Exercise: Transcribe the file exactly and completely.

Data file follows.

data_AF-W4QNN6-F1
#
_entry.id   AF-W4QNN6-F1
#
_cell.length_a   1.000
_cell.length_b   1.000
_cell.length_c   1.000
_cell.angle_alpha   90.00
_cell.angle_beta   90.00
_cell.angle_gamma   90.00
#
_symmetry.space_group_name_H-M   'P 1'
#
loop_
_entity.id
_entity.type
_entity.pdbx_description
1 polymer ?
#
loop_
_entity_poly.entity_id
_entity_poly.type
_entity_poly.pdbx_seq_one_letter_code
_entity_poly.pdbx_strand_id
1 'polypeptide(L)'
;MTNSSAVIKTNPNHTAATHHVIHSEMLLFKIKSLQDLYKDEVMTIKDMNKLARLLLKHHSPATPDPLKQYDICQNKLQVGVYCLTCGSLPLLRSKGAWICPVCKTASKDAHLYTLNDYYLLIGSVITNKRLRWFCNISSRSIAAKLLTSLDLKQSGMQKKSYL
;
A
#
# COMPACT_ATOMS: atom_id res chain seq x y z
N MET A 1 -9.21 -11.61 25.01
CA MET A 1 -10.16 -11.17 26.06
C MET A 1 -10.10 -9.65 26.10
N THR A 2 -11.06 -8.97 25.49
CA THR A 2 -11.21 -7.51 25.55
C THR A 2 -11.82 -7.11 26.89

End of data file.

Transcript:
data_AF-W4QNN6-F1
#
_entry.id   AF-W4QNN6-F1
#
_cell.length_a   1.000
_cell.length_b   1.000
_cell.length_c   1.000
_cell.angle_alpha   90.00
_cell.angle_beta   90.00
_cell.angle_gamma   90.00
#
_symmetry.space_group_name_H-M   'P 1'
#
loop_
_entity.id
_entity.type
_entity.pdbx_description
1 polymer ?
#
loop_
_entity_poly.entity_id
_entity_poly.type
_entity_poly.pdbx_seq_one_letter_code
_entity_poly.pdbx_strand_id
1 'polypeptide(L)'
;MTNSSAVIKTNPNHTAATHHVIHSEMLLFKIKSLQDLYKDEVMTIKDMNKLARLLLKHHSPATPDPLKQYDICQNKLQVGVYCLTCGSLPLLRSKGAWICPVCKTASKDAHLYTLNDYYLLIGSVITNKRLRWFCNISSRSIAAKLLTSLDLKQSGMQKKSYL
;
A
#
# COMPACT_ATOMS: atom_id res chain seq x y z
N MET A 1 -9.21 -11.61 25.01
CA MET A 1 -10.16 -11.17 26.06
C MET A 1 -10.10 -9.65 26.10
N THR A 2 -11.06 -8.97 25.49
CA THR A 2 -11.21 -7.51 25.55
C THR A 2 -11.82 -7.11 26.89